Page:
Tallahassee protection services and student housing administrators agree that students can significantly decrease their chances of summer home burglaries.
Lt. Nancy Burnes, the head of the crime prevention unit at the Leon County Sheriff’s Office, said burglars commonly enter homes that are unsecured by homeowners.
“Make sure the house is locked; some people will just leave the door open,” Burns said.
She explained that locking windows, keeping shades down and having mail stopped are precautionary steps homeowners can take before leaving town.
Burnes and her crime prevention unit also offer free home security surveys.
“We walk around with the owner of the home and provide them with better ways they can secure their home,” she said.
Leon Grinnell, director of marketing and sales for Student Housing Solutions, said students could do more to protect their valuables during break.
According to the Tallahassee Police Department, Grinnell said leaving doors and windows unlocked is the number one way burglars are able to enter homes.
“On one Thanksgiving weekend, we found 70 windows unlocked,” Grinnell said.
Grinnell explained that Student Housing Solutions frequently walk their properties on all major holidays when students are out of town. It is important for residents to let property management know when they are leaving town.
“Notify your apartment manager that you’re leaving town so they can keep an eye on the property,” Grinnell said.
He added that students should also make sure to lock their bedroom doors.
“Take your expensive electronics with you. Secure everything before you go. If someone does break-in, its another step to break into your personal room,” Grinell said.
Students should discuss with their roommates what time they are leaving town to make sure front and back doors are locked. Agreeing to leave a light on in the front room is also a good idea, according to Grinnell.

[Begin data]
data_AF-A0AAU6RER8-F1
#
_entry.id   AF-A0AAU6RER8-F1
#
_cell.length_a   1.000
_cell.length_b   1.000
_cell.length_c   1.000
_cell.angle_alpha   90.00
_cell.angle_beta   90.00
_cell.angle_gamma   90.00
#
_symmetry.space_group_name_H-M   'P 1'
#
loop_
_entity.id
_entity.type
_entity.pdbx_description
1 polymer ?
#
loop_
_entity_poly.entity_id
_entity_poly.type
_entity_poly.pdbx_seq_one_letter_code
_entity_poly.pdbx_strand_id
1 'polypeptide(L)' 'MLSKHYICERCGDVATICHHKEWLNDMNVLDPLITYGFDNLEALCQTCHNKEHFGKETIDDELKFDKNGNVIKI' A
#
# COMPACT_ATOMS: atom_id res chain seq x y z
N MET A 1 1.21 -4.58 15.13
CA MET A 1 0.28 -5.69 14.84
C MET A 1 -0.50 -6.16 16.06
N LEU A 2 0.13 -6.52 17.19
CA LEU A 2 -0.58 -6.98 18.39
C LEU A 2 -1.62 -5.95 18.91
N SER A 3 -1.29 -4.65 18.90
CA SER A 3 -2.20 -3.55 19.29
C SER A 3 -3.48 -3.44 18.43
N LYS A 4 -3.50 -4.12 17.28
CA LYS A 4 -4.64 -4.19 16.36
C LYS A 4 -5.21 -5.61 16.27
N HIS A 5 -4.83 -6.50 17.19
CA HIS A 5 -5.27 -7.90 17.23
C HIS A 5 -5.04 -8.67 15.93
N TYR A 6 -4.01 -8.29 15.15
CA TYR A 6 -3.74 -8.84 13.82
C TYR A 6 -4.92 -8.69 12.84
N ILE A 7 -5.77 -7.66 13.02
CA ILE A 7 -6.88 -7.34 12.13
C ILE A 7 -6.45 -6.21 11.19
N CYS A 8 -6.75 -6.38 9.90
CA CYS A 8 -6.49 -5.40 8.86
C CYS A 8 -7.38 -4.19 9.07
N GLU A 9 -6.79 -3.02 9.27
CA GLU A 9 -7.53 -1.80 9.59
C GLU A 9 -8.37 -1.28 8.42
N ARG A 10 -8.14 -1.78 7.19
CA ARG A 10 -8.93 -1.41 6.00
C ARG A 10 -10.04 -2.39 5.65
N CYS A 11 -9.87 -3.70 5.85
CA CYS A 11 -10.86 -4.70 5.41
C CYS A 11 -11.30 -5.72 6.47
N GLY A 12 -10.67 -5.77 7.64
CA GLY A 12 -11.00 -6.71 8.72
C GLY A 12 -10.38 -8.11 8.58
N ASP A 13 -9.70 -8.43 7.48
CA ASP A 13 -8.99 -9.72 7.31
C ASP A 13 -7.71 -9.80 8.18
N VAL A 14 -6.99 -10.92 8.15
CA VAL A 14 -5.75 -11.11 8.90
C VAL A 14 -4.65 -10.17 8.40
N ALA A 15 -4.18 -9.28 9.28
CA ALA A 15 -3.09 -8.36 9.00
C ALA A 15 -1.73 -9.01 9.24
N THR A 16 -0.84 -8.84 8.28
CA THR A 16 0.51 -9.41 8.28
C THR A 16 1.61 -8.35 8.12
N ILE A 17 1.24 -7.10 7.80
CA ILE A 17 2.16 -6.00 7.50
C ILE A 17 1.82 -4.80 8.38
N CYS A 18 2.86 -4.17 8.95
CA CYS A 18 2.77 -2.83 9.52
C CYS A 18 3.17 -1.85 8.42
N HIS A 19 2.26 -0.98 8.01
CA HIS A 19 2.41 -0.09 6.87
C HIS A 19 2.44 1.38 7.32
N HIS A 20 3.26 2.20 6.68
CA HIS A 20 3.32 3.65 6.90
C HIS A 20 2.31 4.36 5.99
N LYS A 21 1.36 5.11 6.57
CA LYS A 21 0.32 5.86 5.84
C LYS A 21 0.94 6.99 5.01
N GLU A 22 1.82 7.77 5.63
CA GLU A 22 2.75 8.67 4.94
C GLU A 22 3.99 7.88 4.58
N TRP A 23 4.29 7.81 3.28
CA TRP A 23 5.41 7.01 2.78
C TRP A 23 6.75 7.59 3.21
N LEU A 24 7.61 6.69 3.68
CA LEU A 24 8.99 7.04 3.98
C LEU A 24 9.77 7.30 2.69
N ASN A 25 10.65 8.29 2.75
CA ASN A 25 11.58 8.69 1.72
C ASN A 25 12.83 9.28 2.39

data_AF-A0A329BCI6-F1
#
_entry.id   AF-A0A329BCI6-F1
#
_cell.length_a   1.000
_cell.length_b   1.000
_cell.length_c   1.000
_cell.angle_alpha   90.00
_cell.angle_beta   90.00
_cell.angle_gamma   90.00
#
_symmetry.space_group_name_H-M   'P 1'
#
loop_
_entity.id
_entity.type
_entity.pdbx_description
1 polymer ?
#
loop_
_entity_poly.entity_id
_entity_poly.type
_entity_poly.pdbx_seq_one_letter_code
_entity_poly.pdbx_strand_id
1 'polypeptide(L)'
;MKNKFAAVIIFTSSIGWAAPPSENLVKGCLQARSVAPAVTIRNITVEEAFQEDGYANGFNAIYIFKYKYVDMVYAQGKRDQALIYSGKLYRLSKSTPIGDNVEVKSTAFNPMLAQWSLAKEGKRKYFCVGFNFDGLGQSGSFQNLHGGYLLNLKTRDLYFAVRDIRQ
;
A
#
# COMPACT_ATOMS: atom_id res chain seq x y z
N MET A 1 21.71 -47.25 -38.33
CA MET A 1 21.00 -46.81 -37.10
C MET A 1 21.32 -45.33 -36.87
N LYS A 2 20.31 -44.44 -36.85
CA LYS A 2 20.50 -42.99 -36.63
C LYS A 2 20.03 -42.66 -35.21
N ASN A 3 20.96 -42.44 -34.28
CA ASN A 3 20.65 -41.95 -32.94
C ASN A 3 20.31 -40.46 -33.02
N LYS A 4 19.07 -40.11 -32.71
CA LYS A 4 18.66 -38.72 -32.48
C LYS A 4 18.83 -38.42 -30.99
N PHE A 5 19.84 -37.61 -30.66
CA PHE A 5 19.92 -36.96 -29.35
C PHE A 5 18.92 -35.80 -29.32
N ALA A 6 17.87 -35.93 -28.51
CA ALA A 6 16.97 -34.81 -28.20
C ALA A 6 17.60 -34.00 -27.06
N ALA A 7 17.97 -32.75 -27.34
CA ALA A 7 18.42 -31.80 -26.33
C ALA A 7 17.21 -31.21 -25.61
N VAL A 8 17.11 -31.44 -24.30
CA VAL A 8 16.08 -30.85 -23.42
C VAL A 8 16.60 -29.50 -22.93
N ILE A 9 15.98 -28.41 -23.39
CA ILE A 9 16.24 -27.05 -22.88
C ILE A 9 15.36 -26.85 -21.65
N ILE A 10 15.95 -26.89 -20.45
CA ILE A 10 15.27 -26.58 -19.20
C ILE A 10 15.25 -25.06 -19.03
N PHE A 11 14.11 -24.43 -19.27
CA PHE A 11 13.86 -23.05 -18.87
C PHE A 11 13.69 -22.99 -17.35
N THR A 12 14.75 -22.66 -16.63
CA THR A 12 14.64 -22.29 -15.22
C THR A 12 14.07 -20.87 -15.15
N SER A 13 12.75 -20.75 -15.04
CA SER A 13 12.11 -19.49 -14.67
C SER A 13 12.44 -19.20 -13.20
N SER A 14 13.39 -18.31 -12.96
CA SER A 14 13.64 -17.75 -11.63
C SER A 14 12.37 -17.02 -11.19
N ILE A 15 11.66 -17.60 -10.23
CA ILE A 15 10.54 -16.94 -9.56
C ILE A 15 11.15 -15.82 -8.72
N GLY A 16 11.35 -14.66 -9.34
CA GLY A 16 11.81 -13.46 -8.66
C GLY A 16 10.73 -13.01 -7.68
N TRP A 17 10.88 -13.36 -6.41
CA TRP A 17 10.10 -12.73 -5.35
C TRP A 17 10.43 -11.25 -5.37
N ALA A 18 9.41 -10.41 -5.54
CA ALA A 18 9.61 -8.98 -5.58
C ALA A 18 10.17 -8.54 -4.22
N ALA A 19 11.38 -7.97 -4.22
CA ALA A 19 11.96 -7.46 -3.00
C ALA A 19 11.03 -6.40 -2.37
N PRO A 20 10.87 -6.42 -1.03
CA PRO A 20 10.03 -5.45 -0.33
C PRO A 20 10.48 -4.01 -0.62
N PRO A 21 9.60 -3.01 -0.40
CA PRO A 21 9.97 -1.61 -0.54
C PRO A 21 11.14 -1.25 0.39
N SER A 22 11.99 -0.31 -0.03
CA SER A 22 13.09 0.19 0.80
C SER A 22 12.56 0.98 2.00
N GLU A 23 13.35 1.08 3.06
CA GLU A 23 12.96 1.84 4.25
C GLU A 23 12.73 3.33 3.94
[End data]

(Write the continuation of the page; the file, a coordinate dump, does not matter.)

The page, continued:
Student housing burglaries do not only occur in off-campus living. At Florida A&M University, dormitory break-ins have been a problem during school breaks.
Lt. Norman Roland of the FAMU Police Department said the university is in the process of upgrading on-campus security.
“The university had been trying to find ways to go from a key lock to the type you would find in a hotel,” Roland said.
“Ask a resident assistant to do a periodic check and know when your roommate is leaving,” he suggested. “One of the things that we tell the student or anyone is to only take the necessities, as far as things you don’t want to lose, high price items like gold necklaces.”
Roland said some dormitories have storage rooms where people temporarily move their belongings, but if they are not available, it is best to leave them with a friend or take them.
ADT is one of the nation’s home security systems. The business advises homeowners to keep in contact with a trustworthy neighbor; this means leaving all emergency contact information. ADT suggests setting lights and radio to sound at certain times in the day.
Noise is a great way to scare away criminals, according to ADT.
If any students are interested in free home protection service, contact Lt. Burnes at 850-922-3331.